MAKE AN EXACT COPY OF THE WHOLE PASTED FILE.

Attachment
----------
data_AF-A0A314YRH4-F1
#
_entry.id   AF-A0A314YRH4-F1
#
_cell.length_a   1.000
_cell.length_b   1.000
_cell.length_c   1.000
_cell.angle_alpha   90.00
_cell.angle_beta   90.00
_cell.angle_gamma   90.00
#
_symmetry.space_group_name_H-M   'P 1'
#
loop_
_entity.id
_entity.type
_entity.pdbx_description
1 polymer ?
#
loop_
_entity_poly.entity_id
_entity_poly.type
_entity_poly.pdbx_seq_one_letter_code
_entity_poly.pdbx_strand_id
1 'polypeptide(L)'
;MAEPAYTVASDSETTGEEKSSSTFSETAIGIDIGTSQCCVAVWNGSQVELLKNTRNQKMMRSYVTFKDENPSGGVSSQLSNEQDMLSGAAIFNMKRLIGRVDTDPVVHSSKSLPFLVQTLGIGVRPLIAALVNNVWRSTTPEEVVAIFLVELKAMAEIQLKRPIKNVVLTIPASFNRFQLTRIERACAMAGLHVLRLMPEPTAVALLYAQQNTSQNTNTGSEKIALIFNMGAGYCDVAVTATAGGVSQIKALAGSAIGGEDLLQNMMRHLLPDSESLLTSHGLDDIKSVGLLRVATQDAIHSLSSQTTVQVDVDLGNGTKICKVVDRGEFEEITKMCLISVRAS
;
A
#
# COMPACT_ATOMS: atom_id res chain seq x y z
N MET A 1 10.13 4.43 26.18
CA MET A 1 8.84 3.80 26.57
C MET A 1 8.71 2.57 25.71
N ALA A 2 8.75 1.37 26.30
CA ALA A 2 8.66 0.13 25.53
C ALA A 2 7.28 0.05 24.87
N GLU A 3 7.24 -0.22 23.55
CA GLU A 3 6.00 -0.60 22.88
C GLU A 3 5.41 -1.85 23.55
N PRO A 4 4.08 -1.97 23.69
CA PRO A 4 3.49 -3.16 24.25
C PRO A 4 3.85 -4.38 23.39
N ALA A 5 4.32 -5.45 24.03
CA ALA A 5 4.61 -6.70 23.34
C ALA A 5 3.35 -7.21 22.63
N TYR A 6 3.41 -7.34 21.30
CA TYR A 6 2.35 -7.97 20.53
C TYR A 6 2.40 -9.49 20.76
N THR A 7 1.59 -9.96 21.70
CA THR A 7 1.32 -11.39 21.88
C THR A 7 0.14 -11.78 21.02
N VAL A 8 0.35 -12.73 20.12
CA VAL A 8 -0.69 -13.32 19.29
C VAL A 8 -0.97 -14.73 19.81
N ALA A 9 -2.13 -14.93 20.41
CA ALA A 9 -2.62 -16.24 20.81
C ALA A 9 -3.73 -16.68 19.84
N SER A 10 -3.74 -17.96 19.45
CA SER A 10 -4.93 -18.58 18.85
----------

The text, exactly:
data_AF-A0A314YRH4-F1
#
_entry.id   AF-A0A314YRH4-F1
#
_cell.length_a   1.000
_cell.length_b   1.000
_cell.length_c   1.000
_cell.angle_alpha   90.00
_cell.angle_beta   90.00
_cell.angle_gamma   90.00
#
_symmetry.space_group_name_H-M   'P 1'
#
loop_
_entity.id
_entity.type
_entity.pdbx_description
1 polymer ?
#
loop_
_entity_poly.entity_id
_entity_poly.type
_entity_poly.pdbx_seq_one_letter_code
_entity_poly.pdbx_strand_id
1 'polypeptide(L)'
;MAEPAYTVASDSETTGEEKSSSTFSETAIGIDIGTSQCCVAVWNGSQVELLKNTRNQKMMRSYVTFKDENPSGGVSSQLSNEQDMLSGAAIFNMKRLIGRVDTDPVVHSSKSLPFLVQTLGIGVRPLIAALVNNVWRSTTPEEVVAIFLVELKAMAEIQLKRPIKNVVLTIPASFNRFQLTRIERACAMAGLHVLRLMPEPTAVALLYAQQNTSQNTNTGSEKIALIFNMGAGYCDVAVTATAGGVSQIKALAGSAIGGEDLLQNMMRHLLPDSESLLTSHGLDDIKSVGLLRVATQDAIHSLSSQTTVQVDVDLGNGTKICKVVDRGEFEEITKMCLISVRAS
;
A
#
# COMPACT_ATOMS: atom_id res chain seq x y z
N MET A 1 10.13 4.43 26.18
CA MET A 1 8.84 3.80 26.57
C MET A 1 8.71 2.57 25.71
N ALA A 2 8.75 1.37 26.30
CA ALA A 2 8.66 0.13 25.53
C ALA A 2 7.28 0.05 24.87
N GLU A 3 7.24 -0.22 23.55
CA GLU A 3 6.00 -0.60 22.88
C GLU A 3 5.41 -1.85 23.55
N PRO A 4 4.08 -1.97 23.69
CA PRO A 4 3.49 -3.16 24.25
C PRO A 4 3.85 -4.38 23.39
N ALA A 5 4.32 -5.45 24.03
CA ALA A 5 4.61 -6.70 23.34
C ALA A 5 3.35 -7.21 22.63
N TYR A 6 3.41 -7.34 21.30
CA TYR A 6 2.35 -7.97 20.53
C TYR A 6 2.40 -9.49 20.76
N THR A 7 1.59 -9.96 21.70
CA THR A 7 1.32 -11.39 21.88
C THR A 7 0.14 -11.78 21.02
N VAL A 8 0.35 -12.73 20.12
CA VAL A 8 -0.69 -13.32 19.29
C VAL A 8 -0.97 -14.73 19.81
N ALA A 9 -2.13 -14.93 20.41
CA ALA A 9 -2.62 -16.24 20.81
C ALA A 9 -3.73 -16.68 19.84
N SER A 10 -3.74 -17.96 19.45
CA SER A 10 -4.93 -18.58 18.85